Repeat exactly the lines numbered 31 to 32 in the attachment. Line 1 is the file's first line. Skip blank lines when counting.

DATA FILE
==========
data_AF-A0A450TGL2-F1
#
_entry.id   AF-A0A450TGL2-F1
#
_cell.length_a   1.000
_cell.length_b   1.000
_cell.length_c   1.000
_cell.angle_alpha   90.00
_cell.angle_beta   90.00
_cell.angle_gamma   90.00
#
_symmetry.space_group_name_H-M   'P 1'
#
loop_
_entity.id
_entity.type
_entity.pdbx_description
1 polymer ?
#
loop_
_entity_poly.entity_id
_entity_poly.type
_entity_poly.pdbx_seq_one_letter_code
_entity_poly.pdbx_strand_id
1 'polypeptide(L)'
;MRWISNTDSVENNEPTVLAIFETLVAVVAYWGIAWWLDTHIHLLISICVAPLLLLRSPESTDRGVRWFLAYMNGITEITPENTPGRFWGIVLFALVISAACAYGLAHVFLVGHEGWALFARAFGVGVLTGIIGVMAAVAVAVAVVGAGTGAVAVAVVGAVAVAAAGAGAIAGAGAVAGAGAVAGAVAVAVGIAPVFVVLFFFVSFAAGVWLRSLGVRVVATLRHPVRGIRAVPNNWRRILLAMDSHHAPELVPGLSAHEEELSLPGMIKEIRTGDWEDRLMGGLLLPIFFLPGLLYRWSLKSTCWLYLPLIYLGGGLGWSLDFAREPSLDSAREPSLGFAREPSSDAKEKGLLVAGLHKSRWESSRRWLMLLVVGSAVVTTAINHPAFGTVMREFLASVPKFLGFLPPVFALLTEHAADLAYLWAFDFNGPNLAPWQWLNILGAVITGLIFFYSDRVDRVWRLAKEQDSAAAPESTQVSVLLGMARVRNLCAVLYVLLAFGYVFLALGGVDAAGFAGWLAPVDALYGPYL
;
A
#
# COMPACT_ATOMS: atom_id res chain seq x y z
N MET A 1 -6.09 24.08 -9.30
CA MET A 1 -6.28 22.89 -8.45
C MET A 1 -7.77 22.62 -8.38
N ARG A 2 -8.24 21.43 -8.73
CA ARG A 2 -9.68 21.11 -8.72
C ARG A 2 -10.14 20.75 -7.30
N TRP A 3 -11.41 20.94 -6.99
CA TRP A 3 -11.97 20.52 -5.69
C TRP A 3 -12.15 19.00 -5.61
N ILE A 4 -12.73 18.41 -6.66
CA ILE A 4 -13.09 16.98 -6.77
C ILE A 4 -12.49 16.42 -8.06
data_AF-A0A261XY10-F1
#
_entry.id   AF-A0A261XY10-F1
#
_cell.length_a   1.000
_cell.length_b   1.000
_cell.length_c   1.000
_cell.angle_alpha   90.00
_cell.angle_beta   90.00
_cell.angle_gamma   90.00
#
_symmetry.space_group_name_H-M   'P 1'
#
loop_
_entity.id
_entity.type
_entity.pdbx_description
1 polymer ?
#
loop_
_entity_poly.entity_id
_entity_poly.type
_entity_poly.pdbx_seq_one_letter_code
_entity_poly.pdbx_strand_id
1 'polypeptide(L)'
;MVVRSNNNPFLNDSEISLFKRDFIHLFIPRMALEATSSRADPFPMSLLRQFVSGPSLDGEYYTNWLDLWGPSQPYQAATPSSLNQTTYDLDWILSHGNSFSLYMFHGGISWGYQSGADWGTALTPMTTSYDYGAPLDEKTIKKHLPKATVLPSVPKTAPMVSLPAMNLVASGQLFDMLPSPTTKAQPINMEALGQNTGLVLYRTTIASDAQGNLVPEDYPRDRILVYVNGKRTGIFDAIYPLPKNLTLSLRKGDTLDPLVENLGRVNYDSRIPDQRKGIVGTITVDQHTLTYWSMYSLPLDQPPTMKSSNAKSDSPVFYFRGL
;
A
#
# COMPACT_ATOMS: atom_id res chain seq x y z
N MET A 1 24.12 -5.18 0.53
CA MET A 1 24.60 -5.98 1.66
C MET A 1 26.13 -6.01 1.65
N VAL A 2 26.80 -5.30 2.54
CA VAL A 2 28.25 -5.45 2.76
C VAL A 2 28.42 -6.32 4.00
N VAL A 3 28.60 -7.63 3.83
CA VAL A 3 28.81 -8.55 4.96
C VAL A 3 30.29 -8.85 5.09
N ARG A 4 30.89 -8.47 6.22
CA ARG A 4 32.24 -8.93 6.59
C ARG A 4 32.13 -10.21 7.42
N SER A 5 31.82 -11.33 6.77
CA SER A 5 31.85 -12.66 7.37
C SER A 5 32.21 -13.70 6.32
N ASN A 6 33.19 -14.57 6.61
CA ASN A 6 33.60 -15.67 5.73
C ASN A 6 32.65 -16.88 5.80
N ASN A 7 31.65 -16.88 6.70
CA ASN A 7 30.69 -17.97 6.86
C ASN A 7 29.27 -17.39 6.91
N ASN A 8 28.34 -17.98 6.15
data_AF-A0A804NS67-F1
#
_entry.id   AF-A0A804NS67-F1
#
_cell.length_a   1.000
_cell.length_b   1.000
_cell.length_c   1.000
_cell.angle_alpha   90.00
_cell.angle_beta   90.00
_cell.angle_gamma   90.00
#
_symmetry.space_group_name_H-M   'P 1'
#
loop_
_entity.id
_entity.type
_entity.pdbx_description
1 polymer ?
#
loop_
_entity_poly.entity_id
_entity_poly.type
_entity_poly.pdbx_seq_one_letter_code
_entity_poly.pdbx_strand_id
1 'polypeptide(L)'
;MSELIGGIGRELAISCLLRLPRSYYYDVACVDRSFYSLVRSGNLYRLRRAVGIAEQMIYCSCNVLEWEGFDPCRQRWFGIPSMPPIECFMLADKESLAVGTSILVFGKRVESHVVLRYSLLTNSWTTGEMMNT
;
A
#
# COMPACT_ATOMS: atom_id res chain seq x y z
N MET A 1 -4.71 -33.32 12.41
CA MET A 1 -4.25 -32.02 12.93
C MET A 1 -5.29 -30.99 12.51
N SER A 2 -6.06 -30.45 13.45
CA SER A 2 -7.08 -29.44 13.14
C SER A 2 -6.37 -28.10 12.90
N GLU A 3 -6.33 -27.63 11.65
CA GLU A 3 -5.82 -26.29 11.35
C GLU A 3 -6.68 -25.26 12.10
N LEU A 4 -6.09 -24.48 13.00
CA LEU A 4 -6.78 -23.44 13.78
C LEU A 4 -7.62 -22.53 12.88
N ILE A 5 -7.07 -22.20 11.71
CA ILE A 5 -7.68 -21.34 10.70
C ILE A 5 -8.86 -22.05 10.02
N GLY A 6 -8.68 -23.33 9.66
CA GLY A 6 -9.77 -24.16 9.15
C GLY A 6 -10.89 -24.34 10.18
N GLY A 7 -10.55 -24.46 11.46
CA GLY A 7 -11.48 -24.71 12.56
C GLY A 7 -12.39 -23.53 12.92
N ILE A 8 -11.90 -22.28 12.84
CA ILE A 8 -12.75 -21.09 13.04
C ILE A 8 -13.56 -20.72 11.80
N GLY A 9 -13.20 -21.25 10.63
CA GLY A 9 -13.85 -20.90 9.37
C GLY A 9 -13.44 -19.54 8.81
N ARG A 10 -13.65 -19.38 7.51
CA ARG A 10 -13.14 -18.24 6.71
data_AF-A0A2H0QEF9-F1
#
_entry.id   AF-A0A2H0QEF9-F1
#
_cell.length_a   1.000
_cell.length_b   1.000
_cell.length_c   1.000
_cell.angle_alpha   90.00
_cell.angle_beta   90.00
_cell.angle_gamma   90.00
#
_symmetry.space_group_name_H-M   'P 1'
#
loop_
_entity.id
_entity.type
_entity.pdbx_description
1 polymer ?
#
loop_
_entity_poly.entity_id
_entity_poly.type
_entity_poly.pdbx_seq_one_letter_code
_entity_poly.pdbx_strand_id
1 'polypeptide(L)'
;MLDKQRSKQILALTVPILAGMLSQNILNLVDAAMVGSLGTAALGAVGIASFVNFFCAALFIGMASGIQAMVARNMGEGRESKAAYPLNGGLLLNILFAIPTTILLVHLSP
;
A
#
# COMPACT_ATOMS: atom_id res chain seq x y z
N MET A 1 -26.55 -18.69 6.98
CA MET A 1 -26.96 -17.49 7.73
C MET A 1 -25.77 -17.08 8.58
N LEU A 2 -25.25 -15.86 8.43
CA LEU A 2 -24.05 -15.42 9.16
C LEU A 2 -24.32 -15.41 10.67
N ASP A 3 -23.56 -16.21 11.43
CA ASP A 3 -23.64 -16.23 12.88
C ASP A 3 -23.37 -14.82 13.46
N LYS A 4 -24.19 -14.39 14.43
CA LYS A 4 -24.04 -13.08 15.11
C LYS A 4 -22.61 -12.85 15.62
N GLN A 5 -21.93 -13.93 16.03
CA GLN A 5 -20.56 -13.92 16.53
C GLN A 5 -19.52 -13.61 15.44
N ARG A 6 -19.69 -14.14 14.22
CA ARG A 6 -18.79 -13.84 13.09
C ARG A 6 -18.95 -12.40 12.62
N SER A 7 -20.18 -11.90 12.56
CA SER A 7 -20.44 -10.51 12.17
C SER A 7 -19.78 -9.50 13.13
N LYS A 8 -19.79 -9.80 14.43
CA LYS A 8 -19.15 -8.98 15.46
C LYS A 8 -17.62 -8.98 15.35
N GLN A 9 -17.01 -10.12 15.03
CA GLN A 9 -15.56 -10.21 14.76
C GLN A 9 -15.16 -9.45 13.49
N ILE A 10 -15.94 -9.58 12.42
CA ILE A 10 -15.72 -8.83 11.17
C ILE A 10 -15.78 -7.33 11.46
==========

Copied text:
N MET A 1 -6.09 24.08 -9.30
CA MET A 1 -6.28 22.89 -8.45